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Cross-Cultural Challenges

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Rebecca Lange

on 17 March 2015

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Transcript of Cross-Cultural Challenges

Styles of communication
Non-verbal communication
Attitudes to the negotiating process
Agreement form
Team Organisation
Cross Cultural Communication Challenges
Outline and discuss the main communication challenges
Outline the effects on cross cultural negotiations
Explain how these challenges may be resolved
Illustrate examples
Intercultural communication is the process of sending and receiving messages between people whose cultural backgrounds could lead them to interpret verbal and nonverbal signs differently.
Cross Culture Communication is important because globalisation is increasing and cross border movement of people, goods and data bring more and more cultures into contact with one another and increases the potential of Cross Cultural Communication.
What is Cross Cultural Communication?
Negotiation defined by Gulliver(1979) as "A problem solving process in which two or more parties attempt to resolve their disagreement or conflict in a manner, and through a process that is mutually agreeable."
Weiss Framework
Stephen Weiss (1994)
Iona Macleod
Rebecca Lange
Douglas Macmillan
John MacGregor

"Culture can therefore be seen as a language, a "silent language" which the parties need in addition to the language they are speaking if they are truly to communicate and arrive at a genuine understanding"
Communication challenges when conducting cross cultural negotiations:
"Non-verbal behaviour may be defined as any behaviour, intentional or unintentional, beyond the words themselves that can be interpreted by receiver as having meaning"

Everyone will recognise that language barriers cause problems but not many recognise that non-verbal barriers can cause greater problems

Examples of non-verbal communication includes expressions, body language and gestures displayed as well as greeting behaviour, space (proxemics) and time

Knapp (1980) estimated that 65-90 percent of what we communicate is in fact non-verbal
- For example, in Bulgaria nodding your head actually means 'no' rather than 'yes'
(Hendon et al, 1996)
(Munter, 1993)
Greeting behaviours differ in all cultures and can range from a handshake to a hug or a shoulder pat

Handshakes are often very different in different countries - in Australia they like a firm and hearty handshake in comparison to France where a light and quick handshake is preferred

(Edward T. Hall, 1959)
Negotiating Attitude: Win-Lose or Win-Win?
Persons appear to approach deal making with one of two basic attitudes: that a negotiation is either a process in which both can gain (win-win) or a struggle in which one side wins and the other loses(win-lose).
A survey was conducted by Salacuse in 1998 of 310 respondents of different occupations and nationalities regarding ten ways that culture affects negotiating style.
Proxemics is the study of the way people use physical space to convey a message

Different cultures define the acceptable extent of space zones differently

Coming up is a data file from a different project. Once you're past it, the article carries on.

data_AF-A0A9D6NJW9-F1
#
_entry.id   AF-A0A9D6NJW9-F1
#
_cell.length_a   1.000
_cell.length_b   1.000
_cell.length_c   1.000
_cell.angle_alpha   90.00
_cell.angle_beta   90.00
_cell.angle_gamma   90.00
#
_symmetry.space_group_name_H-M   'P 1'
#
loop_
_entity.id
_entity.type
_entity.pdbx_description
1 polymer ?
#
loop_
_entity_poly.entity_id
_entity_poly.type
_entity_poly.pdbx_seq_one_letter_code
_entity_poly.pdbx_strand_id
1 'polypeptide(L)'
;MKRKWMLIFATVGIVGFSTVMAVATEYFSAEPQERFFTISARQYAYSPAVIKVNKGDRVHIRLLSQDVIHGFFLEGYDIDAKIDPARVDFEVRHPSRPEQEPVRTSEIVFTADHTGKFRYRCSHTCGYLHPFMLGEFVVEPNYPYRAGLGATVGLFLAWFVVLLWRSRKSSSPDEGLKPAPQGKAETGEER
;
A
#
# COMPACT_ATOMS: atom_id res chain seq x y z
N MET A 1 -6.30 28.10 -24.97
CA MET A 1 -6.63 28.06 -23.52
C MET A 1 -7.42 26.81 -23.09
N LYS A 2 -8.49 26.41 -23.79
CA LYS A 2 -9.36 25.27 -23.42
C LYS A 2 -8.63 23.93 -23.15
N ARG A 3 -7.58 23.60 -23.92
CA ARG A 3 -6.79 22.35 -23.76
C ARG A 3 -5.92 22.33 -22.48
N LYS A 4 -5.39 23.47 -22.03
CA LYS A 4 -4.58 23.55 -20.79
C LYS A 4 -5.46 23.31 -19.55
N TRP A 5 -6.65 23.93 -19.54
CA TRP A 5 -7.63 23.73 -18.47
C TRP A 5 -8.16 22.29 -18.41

Different types of distance:
- Public
- Social
- Personal
- Intimate

Chronemics is the way time is used in culture
There are 2 types:
- Monochronic time schedules - Low context
- Polychronic time schedules - High context

Tung (1995) estimated that 70% of the world is high context

Hall observed that the germans are highly time sensitive but less so with respect to their willingness to devote large amounts of time to negotiations

Proxemics and Chronemics in Negotiation
Greeting Behaviours in Negotiation
Whilst the survey did experience varied feedback, it was clear the varied response was more aligned to culture than any other attribute such as gender etc.
Ethnocentrism as an Attitude
"Ethnic" refers to cultural heritage, and "centrism" refers to the central standing point... so "ethnocentrism" basically refers to judging others from our own cultural point of view.
The belief in the inherent superiority of one's own culture in which all countries should be measured.
Ethnocentric individuals judge other groups relative to their own ethnic group or culture, especially with concern for language, behavior, customs and religion.
Agreement Form
Moran and Stripp 1991
common interests
conflicting interests
The four C's
common interests;
all parties have/want something the other parties has or wants.
conflicting interests;
occur when parties don't agree on certain aspects e.g payment, profit or contractual responsibilities.
hand in hand with attempting to resolve the areas of disagreement or conflict.
the conditions in which the negotiation takes places - determined by political, economical, cultural and social aspects of a country.
(Moran & Stripp 1991)
(Moran & Stripp 1991)
(Hendon et al 1996)
Bircan, Tuba. (2010). Diversity, Perception and Ethnocentrism. . A Multilevel Analysis of Ethnocentrism in Belgian Communities. 9
Browaeys, M.J. Price, R. (2011)
Understanding Cross-cultural Management
, 1st edition, Pearson.
Hall, E. T, (1959).
The Silent Language
. New York: Doubleday.
Hall, E.T, Hall, M.R. (1990)
Understanding Cultural Differences
, Consortium Book Sales & Dist.
Hendon, D.W, Hendon, R.A, Herbig, P. (1996)
Cross-Cultural Business Negotiations.
Quorum Books.
Knapp, M. (1980